Read and translate the text. The climate in Australia is varied and ranges from tropical to sub alpine

The climate in Australia is varied and ranges from tropical to sub alpine.

Australia is also the driest inhabited continent on earth, but the eastern seaboard where the majority of the population is concentrated, is a lush and fertile area, with a climate ranging from temperate to tropical. The main mountain range is known as the Great Dividing Range has an area known as the Snowy Mountains, or otherwise known as the Australian Alps. This area actually receives snow than Switzerland, and is the only area suitable for skiing in Australia.

Most of the continent receives more than 3,000 hours of sunshine a year, or nearly 70% of the total possible.

Australia also contains many pockets of tropical and temperate rain forest on the eastern coast, but the predominate forest in Australia is Eucalypti forest.

The southwest corner of Western Australia has a Meditarranean climate and the Northern regions of this continent have areas of Rainforest and below that are large areas of savanna grasslands. Tasmania, the island state in the south has large areas of temperature wilderness and steep mountains.

Many parts of Australia have scanty and irregular rainfall. Only where rainfall is plentiful and reliable one can see tall trees are the blue gums of Tasmania, the Big Trees of eastern Victoria, which reach a height of 300 feet. Other tall trees grow along the rainy east coast and many other small trees and plants crowd the forest here, including the ferns and creepers.

The commonest trees of Australia are the eucalyptus, of which there are over 500 kinds.

Some Australian trees and plants produce hard woody fruits and seeds.

Australia has 20,000 species of plants and brilliant wild flowers such as the red and green kangaroo paw. The continent has many species eucalypti or gum trees. Many of the trees lose their bark not leaves and many flowers.

Nature fauna in Australia are protected and managed by state and territorial governments.

The climate of Australia varies greatly. The climate ranges from tropical (monsoonal) in the north to temperate in the south. The tropical region, which includes about 40 percent of the total area of Australia, has only two seasons: a hot, wet season with rains falling mainly in February and March, during which the northern and north-eastern coast have an average annual rainfall of 1524 mm in parts of Queensland overade annual rainfall exceeds 2540 mm.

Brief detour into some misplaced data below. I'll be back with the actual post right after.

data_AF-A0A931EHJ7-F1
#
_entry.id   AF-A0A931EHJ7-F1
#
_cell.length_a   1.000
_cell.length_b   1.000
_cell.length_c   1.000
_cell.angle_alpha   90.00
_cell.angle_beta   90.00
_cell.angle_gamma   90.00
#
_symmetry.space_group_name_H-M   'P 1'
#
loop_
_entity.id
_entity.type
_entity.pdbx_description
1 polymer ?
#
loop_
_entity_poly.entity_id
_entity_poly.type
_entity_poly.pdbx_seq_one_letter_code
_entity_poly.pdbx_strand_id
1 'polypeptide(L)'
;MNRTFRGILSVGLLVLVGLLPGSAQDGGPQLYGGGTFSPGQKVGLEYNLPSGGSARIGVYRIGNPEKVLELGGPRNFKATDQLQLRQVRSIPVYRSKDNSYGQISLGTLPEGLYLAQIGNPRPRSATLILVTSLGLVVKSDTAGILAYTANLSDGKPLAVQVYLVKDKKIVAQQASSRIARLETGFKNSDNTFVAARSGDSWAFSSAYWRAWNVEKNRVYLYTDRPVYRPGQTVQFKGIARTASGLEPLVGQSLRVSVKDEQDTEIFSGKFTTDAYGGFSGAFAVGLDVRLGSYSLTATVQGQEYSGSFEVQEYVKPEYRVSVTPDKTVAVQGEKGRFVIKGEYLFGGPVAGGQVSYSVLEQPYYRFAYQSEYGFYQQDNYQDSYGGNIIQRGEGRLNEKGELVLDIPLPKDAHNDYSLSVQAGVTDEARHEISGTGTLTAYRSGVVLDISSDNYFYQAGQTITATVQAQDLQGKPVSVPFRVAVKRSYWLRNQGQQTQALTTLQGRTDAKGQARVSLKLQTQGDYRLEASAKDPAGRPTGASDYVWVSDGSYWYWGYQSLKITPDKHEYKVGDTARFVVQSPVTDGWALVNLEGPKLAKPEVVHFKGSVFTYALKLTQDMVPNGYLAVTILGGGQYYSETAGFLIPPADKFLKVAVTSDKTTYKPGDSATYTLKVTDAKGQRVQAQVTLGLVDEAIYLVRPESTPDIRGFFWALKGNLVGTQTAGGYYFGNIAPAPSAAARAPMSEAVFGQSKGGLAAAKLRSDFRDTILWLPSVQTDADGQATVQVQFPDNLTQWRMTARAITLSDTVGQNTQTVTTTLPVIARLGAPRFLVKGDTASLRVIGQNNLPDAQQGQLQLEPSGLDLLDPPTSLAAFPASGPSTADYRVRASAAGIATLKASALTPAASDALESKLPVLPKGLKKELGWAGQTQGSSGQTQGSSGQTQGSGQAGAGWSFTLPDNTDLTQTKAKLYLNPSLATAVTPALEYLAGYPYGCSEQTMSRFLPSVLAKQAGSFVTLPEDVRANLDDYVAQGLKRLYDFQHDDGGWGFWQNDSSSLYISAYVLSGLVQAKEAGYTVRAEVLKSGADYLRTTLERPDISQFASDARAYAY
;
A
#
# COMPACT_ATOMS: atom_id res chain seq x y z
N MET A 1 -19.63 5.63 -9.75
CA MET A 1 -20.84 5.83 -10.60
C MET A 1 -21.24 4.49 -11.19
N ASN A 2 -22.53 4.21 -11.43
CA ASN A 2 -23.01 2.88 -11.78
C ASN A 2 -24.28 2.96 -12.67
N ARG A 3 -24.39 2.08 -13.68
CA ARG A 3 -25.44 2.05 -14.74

UNIT 22. CLIMATE AND NATURE OF AUSTRALIA

22.1. Read and translate the text

Australia is situated to the southeast of Asia. It is washed by the Timor Sea in the north, by the Coral and Tasman Seas in the east, and by the Indian Ocean in the south and west.

Australia is the most droughty continent in the earth. It is an extremely hot country. Summer months are December, January and February. The average summer temperature is from 20 to 30 degrees above zero. Winter months are June, July and Au­ gust. The average winter temperature is from 12 to 20 degrees above zero. The most part of the territory lies in tropics. Its southwestern territories lie in subtropics. As droughts are rather common and the amount of rainfall is rather small There are not many rivers in Australia. The largest rivers are the Darling and the Murray.

The isolation of Australia from other continents explains much of the unusualness of Australian plant and animal life. There are forests in the southern and eastern parts of the country. The commonest tree of Australia is the eucalyptus. In the drier areas there is the Australian acacia or mimosa. In those areas one can also find strange bottle trees. They preserve water in their trunks.

Australian animals are also very unusual. Among them there are kangaroos, duck­bills, koala bears, and others. Nine tenth of animal species of Australia do not exist in other parts of the world.

22.2. Answer the questions:

1. How many seas is Australia washed by?

2. What are winter and summer months in Australia?

3. What is the average summer and winter temperature?

4. What are the longest rivers?

5. What are the commonest trees in Australia?

Animals

The dry, desert-like plains of the Australian outback cover more than two-thirds of the continent. Much of the region receives less than 250 mm of rainfall a year. Although the rains may come at any time of the year, there are often long periods of drought, which make it difficult for animals to survive.

Many of the animals avoid the heat of the day by staying in their burrows, since it is cooler and damper underground. Some small animals sleep underground right through the hottest summer months. This is called aestivation. Many outback animals can survive with little or no water. Their bodies are adapted to store water from their food and to lose very little water in their urine. A number of animals have long back leas to help them more rapidly and find what little food is available.

There are many animals and birds in Australia:

Koala (length: 80 cm);

Long jumper. Red kangaroo (height: 2m; tail: 1m);

Wild dog. Dingo (height at shoulder: 50 cm; length: up to 90 cm);

High-speed runner emu: (height: 2m);

Huge burrow (height at shoulder: 45cm);

Huge lizard (length including tail: up to 2,4 m);

Spiny coat (length: 50 cm; spines: 6 cm);

Silky killer (length: 3 cm);

Numbat (body length: up to 30 cm; tail: up to 20 cm);

Raggiana’s bird of paradise (body length: up to 95 cm; tail feathers: 50 cm) and many others.


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